Maeve Wine Bar is housed in somewhat of an enviable site, with it backing onto Brisbane’s thriving Fish Lane precinct, but perhaps more significant is the grandeur of the heritage building whose first floor it occupies. Built in 1929 for the Queensland National Bank, the nods to classical architecture have been given new life in this most European wine bar and restaurant.
Maeve’s doorway is around the corner from the main entrance behind substantial copper doors, thick with verdigris. Ascending via a staircase painted a deep burgundy hue, with the venue’s name emblazoned on the risers, takes you into the dining space, with the kitchen arranged down the common wall. An iteration of generous sash windows opens the green flush of treetops to patrons, extending round the elegant curve of the building that describes an arc across Grey Street to Melbourne street. The interior here is anchored in the classical roots of the building, with chalky white walls, polished timber, fluted feature walls and its fair share of brass and frosted glass, no doubt contributing to the pervasive European aura.
Maris Cook and Jesse Stevens, two of the driving forces behind Maeve, also own Hello Please, which is somewhat of a Fish Lane icon. For Maeve, the pair teamed up with Eleanor Cappa, who is also their business partner. Stevens is the chef, Cappa looks after the wine (she was the wine buyer for Melbourne stalwart Movida for some years), while Cook tends to front of house duties.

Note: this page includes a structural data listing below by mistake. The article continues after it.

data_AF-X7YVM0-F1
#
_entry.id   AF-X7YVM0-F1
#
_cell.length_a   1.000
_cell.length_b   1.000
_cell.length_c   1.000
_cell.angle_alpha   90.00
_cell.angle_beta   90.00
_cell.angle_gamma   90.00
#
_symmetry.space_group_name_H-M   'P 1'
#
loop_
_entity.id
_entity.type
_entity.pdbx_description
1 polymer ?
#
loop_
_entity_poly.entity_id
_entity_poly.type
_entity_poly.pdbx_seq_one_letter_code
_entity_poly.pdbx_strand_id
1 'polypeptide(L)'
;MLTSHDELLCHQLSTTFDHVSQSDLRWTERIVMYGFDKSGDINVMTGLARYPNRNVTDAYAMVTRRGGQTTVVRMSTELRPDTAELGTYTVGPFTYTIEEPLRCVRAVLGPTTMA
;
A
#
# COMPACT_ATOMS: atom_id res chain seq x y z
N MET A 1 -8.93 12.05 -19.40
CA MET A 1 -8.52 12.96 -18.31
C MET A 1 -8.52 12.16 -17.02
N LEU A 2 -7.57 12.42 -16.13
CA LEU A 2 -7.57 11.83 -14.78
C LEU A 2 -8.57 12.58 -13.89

The wine list currently extends across 150 listings, 30 of which are available by the glass, with 10 of those being premium pours dispensed via Coravin. Cappa also maintains a reserve list of cellared wines, with 50-odd bins and the oldest wine dating back to 1971. The wine offer is evenly split between local and international (predominantly European) bottlings. There are no absolute rules here, besides quality and character, but there is a natural tendency to those wines with sustainable and natural farming at their core.
Perhaps predictably, the menu of variously sized share plates talks in a broadly European accent, with everything except cheese made in house. Stevens also makes a feature of subtly threading honey through some of the dishes, both savoury and sweet, as Maeve was a mythical Irish warrior queen, celebrated as the queen of intoxication, with a fairly strong association with mead.